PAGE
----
5. William Beckman says:

    For Peter Heather;

    I just finished reading your book and wanted to congratulate you for your entertaining and factual illumination of a most significant and long period of history that most historians have glossed over by simply showing arrows on a map of Barbarian invasions…and then picking up the story with Charlemagne. After all, for better or for worse, these Barbarians picked up the torch of western civilization from the Romans and have carried it till this day making that event one of the major or maybe THE major event in the history of the west.It was most refreshing and enjoyable to read a history of that period based on fact rather than opinions.
    You have connected the dots rather convincingly and have provided many intriquing insights… such as Attila’s court speaking Gothic and having numerous Germani peoples as part of his army.
    This information rhen raises many questions.Did the Germani under Hunnic control learn some battle skills from the Huns such as archery?..or just plain ferocity?… or fighting from horseback?…or tactics? As you pointed out in your book the Vandals quickly learned the art of naval warfare, resulting in the defeat of the Byzatine armada.Would it not be probable then that the Hunnic controlled Germani, over the course of several generations of living with and fighting alongside the Huns,likewise learned some of their lethal warfare techniques? If so, an already formidable Barbarian army would become even more ominous to Rome.Would they have become a fast moving mounted army similar to the Huns after the death of Attila? This may have rendered the slow and methodical Roman army style of fighting obsolete except for defending walled cities. But perhaps these and other questions will be answered in your next book which I eagerly await.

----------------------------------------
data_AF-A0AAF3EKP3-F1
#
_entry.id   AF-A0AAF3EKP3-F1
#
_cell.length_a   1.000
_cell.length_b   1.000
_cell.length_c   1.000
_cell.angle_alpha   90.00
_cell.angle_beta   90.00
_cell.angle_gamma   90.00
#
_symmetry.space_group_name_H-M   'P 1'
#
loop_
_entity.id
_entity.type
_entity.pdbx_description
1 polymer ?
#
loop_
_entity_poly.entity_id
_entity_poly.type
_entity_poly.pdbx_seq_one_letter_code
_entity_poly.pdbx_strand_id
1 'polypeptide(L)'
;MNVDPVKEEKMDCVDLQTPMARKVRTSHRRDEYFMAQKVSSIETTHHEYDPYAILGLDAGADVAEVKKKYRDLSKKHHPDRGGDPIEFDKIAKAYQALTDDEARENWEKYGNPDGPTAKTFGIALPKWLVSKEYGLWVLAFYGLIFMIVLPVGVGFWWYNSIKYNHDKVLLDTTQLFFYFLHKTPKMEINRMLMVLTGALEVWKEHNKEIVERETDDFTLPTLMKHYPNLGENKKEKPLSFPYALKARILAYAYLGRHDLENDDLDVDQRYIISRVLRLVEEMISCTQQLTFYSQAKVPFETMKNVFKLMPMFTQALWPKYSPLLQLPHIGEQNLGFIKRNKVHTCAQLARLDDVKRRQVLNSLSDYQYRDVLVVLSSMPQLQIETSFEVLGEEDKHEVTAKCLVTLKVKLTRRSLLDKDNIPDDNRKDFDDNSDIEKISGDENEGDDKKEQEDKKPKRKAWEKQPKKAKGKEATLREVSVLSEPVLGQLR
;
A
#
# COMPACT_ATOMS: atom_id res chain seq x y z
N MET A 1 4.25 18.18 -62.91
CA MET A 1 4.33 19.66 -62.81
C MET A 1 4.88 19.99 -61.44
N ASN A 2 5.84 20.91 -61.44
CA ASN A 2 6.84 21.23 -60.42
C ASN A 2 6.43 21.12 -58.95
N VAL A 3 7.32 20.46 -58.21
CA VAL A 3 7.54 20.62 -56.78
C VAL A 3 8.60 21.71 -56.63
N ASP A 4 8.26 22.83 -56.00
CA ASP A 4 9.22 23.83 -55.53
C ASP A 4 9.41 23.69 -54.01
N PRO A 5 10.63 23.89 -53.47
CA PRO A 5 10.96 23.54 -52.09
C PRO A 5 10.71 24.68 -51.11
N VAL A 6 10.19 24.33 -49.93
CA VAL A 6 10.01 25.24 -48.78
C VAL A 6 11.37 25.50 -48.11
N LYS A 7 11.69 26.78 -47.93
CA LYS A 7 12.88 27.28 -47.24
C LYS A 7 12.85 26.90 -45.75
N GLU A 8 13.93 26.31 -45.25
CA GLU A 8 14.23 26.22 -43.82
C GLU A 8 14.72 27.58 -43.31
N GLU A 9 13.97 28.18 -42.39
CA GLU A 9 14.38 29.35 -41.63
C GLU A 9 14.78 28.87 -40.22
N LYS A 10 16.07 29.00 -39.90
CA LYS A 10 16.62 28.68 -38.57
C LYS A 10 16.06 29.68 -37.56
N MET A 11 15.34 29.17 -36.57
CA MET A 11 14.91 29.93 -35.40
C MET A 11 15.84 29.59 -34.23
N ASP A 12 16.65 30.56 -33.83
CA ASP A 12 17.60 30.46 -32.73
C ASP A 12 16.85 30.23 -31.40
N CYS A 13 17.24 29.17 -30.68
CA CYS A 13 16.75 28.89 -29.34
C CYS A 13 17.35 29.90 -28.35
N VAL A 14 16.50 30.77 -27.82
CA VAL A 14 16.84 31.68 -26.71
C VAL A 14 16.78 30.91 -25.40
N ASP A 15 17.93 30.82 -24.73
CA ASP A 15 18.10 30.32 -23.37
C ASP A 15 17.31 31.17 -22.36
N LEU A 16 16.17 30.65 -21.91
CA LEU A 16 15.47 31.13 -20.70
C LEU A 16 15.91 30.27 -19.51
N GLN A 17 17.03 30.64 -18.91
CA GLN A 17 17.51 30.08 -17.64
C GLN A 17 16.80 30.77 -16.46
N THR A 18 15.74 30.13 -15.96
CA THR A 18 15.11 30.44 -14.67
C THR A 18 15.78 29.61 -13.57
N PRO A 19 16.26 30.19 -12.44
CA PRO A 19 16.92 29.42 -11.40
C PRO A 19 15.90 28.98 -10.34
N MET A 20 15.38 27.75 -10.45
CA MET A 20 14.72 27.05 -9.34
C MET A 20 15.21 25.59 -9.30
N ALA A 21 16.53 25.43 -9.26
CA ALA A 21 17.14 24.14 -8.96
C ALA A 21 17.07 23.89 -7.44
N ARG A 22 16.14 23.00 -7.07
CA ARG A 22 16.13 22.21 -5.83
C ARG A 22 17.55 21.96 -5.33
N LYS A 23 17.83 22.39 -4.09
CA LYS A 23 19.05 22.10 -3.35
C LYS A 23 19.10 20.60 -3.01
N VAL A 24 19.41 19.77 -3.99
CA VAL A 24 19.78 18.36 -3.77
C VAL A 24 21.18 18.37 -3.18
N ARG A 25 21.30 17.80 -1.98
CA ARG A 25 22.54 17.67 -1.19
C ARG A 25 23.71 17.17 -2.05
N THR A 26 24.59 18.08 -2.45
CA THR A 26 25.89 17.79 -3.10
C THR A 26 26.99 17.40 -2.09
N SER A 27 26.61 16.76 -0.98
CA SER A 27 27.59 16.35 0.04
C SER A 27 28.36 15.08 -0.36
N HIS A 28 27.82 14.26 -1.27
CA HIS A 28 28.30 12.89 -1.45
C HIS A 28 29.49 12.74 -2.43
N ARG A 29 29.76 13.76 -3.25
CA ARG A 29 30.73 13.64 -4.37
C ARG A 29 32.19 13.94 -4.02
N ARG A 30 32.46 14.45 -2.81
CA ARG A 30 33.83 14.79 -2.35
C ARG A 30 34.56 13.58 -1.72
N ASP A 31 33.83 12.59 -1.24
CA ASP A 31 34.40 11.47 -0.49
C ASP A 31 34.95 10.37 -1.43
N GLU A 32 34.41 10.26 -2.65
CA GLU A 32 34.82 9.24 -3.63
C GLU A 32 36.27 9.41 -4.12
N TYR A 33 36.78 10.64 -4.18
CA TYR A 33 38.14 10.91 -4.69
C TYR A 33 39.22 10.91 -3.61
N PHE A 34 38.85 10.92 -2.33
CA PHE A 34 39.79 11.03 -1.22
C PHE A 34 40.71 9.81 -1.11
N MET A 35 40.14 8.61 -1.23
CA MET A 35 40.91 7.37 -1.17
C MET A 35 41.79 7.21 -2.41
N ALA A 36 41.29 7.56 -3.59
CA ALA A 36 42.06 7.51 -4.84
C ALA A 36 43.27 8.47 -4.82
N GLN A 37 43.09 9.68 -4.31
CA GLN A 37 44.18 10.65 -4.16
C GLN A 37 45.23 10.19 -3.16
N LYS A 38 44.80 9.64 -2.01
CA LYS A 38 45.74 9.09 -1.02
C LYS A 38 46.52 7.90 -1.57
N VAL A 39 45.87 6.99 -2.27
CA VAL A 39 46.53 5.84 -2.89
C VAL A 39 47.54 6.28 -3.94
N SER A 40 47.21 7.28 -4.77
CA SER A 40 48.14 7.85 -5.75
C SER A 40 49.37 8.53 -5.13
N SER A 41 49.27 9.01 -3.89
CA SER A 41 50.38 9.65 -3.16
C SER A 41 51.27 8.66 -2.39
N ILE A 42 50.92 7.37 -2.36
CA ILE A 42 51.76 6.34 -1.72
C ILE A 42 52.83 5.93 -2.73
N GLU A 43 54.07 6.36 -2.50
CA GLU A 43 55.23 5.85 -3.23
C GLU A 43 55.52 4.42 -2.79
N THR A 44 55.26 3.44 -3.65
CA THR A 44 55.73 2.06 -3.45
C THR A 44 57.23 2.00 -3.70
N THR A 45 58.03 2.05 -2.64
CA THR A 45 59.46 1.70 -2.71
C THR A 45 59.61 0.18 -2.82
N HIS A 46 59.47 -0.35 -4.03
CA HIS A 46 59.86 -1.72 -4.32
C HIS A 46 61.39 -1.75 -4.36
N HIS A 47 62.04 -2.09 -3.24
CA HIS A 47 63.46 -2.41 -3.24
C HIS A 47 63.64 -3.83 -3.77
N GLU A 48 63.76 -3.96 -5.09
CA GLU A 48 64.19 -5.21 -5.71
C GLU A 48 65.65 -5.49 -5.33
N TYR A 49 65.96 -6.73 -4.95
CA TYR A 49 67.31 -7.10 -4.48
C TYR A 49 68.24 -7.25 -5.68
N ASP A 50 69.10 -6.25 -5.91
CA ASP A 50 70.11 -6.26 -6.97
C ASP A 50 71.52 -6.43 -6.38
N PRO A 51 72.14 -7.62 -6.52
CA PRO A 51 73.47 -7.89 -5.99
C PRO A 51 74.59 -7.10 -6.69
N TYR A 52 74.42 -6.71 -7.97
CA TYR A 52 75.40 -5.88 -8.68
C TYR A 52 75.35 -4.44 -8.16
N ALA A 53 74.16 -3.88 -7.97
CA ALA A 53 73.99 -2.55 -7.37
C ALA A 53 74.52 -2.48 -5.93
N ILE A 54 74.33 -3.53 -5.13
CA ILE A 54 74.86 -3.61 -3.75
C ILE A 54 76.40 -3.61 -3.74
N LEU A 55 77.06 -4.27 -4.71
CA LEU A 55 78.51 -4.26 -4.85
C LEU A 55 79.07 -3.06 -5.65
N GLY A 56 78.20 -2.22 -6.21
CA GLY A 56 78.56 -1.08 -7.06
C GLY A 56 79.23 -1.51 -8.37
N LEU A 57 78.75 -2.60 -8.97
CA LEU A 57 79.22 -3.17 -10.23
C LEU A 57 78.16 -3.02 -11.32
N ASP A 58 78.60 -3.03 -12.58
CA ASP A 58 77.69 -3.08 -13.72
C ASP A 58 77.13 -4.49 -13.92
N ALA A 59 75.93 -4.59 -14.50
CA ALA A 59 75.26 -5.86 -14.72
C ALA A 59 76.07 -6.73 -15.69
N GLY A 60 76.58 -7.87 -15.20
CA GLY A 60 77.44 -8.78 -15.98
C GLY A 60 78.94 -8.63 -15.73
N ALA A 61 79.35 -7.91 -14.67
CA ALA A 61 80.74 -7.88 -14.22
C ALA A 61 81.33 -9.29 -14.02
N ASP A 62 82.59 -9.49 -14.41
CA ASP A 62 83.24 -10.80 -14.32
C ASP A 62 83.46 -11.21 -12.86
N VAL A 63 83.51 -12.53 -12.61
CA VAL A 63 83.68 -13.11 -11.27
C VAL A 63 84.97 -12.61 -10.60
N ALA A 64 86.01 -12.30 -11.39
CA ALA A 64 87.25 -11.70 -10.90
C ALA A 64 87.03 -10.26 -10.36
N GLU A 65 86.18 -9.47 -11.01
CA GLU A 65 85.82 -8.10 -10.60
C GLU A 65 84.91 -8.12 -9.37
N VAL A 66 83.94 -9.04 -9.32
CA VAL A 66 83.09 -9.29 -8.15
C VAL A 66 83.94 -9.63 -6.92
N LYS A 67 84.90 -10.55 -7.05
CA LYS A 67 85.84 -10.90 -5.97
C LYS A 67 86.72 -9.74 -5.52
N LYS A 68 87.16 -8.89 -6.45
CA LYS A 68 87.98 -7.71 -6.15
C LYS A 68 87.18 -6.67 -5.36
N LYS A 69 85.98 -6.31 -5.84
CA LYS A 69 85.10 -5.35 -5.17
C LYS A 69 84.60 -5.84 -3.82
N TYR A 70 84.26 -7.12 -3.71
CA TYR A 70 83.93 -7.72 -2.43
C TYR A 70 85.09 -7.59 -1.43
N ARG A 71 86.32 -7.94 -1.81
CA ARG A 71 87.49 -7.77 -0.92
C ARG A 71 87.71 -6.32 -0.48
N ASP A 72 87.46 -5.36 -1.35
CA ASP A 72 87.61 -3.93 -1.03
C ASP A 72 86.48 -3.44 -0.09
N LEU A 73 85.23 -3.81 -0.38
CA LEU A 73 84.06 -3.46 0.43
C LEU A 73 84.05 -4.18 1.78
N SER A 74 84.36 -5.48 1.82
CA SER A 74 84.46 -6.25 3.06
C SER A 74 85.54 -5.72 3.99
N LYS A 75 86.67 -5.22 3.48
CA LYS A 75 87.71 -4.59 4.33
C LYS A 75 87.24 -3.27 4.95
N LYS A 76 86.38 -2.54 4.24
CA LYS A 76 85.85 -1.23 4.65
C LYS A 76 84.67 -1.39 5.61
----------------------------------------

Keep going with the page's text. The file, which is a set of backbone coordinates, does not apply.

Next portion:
Best Regards,
    William Beckman

  6. The answer is certainly. Tactics & weaponry clearly were pooled to some extent. The post-Hunnic Goths were substantially mounted, for instance, but lancers rather than archers. According to Procopius, this is why mounted Byzantine archers were able to defeat them in Italy in the sixth century.

  7. David Probert says:

    For Brian Ward Perkins: Such an excellent readable and timely corrective to the gradualist view of a melded Germano-Roman civilisation.

    The subject is so relevant as the New Europe faces problems of identity, mass immigration, religious challenge and common purpose. There are so many parallels in a civilisation unwilling and unable to defend its values and identity after decades of introspection and post Imperial guilt.

    The tragedy lies also in the glimpse you give of how the Empire might have survived and what a difference that would have made to European civilisation.

    I cannot help also feeling that the adoption of Christianity with its ruthless suppression of ancient culture and values played a key part in undermining the identity, way of life and self-belief of the Roman world.The Taliban have so much in common with those early Christian monks!